ALİ BULAÇ

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ALİ BULAÇ
June 04, 2012, Monday

Search for a new model

One of the world’s most important issues today is the uncertainty that arises from how people are organized. During the last two centuries, under the influence of the West the world was organized into nation states. Families were separated and traditional forms of community, clans, tribes, etc., were disbanded and replaced with homogenous, monolithic “societies” and “nations” that were managed by a central power.

With the ever-expanding wave of globalization reaching even the farthest shores of the world, it can be said that a nation state has three gradual stages of organization: a central government that focuses on citizens; a local government that focuses on a group of people; and regional integrations that are based on unions.

A closer look reveals that these three types of organizations are actually based on a “central, territorial and nation-centered” model. This issue needs to be discussed from various aspects as this model -- which is considered to be outdated -- is the primary reason for the emergence of big crises in many parts of the world. Although it appeals to very few Turkish scholars and politicians, this topic is one of the hotly debated issues in the West. (For more information, see “Modern Ulus Devlet [Modern Nation-State]” by Ali Bulaç, 2007).

Currently, the widely accepted argument is that local governments should be strengthened against a central government, a process that tends to turn into all-inclusive deep-running totalitarianism. This is due to an increased red tape stemming from scientific and technological developments and the fact that local administrators should be granted extensive powers, authorities and facilities as they are more familiar with their own problems. This view, once espoused by elite groups, has over time become one of the oft-voiced demands of certain ethnic groups.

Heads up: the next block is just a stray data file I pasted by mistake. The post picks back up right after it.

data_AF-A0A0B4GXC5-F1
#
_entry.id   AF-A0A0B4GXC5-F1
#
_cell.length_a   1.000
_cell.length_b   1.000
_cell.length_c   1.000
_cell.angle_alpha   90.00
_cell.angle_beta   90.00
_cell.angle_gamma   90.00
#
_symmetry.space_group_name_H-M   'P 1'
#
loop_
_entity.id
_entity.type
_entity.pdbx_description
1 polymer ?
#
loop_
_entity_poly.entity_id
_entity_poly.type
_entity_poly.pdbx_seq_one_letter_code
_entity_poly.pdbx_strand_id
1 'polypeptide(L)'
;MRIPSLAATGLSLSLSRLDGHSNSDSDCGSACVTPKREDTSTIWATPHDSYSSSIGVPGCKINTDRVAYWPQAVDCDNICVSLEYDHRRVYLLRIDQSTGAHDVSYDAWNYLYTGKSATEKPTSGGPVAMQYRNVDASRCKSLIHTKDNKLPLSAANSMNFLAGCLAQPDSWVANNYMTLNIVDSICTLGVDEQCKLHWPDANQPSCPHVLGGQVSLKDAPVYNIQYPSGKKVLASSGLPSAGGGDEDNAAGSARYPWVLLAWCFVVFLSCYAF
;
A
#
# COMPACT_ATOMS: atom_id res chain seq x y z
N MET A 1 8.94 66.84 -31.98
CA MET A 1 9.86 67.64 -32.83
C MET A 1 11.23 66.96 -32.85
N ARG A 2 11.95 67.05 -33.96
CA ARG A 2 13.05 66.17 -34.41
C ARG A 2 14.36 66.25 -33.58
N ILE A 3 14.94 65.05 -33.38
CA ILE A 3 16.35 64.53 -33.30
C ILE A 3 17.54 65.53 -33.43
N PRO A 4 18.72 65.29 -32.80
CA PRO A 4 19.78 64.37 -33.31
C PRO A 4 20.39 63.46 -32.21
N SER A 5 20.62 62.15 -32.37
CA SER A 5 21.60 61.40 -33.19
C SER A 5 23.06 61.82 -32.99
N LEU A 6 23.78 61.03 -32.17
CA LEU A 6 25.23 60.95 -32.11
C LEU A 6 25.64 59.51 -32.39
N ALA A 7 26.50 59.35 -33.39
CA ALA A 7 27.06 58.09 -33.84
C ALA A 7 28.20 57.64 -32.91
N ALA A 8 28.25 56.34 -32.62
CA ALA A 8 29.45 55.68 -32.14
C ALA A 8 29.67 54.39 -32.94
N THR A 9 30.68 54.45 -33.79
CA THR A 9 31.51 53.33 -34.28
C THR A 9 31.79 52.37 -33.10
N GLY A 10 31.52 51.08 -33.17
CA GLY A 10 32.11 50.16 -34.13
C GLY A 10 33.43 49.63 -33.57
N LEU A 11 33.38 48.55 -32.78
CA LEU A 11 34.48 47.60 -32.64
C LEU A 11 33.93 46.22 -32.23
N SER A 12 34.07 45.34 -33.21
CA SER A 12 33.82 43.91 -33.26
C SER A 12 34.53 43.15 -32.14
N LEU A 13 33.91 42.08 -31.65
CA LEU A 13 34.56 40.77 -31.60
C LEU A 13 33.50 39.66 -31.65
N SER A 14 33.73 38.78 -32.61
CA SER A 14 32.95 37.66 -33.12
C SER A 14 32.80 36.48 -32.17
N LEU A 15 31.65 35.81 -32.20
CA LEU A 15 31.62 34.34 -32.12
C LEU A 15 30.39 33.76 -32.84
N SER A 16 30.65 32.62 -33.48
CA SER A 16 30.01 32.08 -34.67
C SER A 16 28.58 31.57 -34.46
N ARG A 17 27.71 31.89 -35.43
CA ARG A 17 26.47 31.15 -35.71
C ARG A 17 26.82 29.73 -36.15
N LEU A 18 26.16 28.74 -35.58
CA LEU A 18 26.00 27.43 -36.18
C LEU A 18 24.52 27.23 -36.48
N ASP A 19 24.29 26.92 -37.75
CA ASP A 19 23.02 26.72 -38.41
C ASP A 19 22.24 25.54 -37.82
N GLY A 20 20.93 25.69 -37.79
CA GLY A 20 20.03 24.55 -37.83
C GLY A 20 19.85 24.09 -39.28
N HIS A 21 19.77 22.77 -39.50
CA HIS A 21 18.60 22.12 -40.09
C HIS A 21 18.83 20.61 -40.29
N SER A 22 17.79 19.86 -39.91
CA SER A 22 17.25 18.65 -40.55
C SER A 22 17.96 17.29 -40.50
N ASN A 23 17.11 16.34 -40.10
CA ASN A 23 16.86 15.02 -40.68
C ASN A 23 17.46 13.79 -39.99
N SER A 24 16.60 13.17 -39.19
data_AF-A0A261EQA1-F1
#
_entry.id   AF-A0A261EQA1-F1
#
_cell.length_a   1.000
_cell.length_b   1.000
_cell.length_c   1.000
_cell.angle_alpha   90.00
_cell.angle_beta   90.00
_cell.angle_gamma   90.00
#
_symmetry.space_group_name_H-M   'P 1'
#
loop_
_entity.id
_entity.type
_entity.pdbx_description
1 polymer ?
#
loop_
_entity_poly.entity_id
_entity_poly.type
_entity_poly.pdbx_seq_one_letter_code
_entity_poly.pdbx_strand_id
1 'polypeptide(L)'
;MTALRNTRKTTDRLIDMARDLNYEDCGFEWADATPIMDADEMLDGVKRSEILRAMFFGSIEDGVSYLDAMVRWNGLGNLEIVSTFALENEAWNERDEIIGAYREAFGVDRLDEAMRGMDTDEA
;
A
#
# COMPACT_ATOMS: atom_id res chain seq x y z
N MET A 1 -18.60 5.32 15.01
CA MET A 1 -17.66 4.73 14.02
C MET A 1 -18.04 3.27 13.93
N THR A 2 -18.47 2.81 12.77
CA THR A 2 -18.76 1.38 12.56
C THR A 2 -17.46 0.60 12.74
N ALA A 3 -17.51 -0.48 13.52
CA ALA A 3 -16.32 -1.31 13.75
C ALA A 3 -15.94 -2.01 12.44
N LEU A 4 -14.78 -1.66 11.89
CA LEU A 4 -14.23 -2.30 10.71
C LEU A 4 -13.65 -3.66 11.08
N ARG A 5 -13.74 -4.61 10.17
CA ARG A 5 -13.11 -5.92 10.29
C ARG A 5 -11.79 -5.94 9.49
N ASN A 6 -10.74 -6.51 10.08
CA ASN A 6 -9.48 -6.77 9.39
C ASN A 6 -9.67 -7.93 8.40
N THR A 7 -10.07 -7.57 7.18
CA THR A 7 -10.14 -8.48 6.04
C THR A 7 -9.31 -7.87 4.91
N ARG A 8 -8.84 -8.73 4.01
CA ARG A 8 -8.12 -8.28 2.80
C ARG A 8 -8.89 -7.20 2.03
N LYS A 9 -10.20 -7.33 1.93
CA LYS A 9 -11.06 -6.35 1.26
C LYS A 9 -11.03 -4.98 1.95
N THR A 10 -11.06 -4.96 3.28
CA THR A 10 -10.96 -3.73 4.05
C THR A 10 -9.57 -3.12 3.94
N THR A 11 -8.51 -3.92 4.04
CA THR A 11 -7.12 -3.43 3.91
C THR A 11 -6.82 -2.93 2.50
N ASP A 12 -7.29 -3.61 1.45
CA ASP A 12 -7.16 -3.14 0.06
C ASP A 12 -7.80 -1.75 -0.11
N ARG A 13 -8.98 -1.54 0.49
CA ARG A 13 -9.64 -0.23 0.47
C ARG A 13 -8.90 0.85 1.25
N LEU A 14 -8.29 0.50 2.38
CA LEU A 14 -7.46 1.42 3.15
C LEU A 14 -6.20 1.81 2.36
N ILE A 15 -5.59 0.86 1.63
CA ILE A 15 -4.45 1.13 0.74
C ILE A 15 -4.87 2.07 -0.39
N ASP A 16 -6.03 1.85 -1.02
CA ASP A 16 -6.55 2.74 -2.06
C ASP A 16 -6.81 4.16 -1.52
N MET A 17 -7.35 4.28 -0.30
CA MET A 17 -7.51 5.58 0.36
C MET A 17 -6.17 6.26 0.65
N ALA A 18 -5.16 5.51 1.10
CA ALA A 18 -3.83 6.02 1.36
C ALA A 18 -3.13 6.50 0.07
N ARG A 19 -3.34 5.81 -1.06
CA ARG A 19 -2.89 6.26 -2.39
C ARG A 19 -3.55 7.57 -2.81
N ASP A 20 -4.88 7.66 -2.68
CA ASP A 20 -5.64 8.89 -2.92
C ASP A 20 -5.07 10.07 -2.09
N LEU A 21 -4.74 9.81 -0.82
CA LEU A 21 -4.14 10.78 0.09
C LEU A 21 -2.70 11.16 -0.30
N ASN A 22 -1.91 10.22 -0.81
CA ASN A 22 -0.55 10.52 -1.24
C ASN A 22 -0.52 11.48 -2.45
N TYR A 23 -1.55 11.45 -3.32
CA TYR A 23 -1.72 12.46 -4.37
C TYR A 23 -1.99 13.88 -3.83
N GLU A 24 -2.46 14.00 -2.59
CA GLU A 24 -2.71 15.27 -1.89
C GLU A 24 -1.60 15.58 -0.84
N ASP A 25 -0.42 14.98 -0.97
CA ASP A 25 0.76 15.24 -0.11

Those who believe that even the strengthening of local governments will not solve today’s aggravated problems advocate decentralization. “Democratic autonomy” is one of the views that have gained some weight after 30 years of conflict over the Kurdish issue. It is argued that many powers and authorities currently undertaken by the central government, such as security, tax collection, the judiciary, education and health, should be transferred to local governing bodies.

It is clear that in a country like Turkey, which is built upon a central administration and top-down guidance, small problems become larger and are thus more difficult to solve. In such a country, reforms are implemented to shrink the center but those who come to power later backpedal on these reforms. It is clear that some parties secure electoral appeal by making strong democratic demands such as “greater expansion of the civilian sphere,” “increased and effective political participation” and “shrinking the state apparatus,” but the core at the very heart of this apparatus is resisting radical and authentic reforms, and in the end these parties are successful.

As a matter of fact, any attempt to reverse this course would be like swimming upstream and would not help the situation except to complicate it. Oddly enough, Koçi Bey, a 17th century Ottoman scholar, had made the same diagnosis. In sum, Koçi Bey had advised Murad IV, who wanted to reinforce the state authority, that “whenever the state is unable to solve its own problems, it tends to subordinate many things to the center, which in turn adds to increased deadlock and crisis.”

Really, history repeats itself. The solution is obvious: to introduce a system that is central and centralist from a political perspective and pluralistic and decentralist from a socio-cultural perspective -- as was the case with the typical Ottoman and Islamic model. This is a model unknown to Western democracies, which need it badly.

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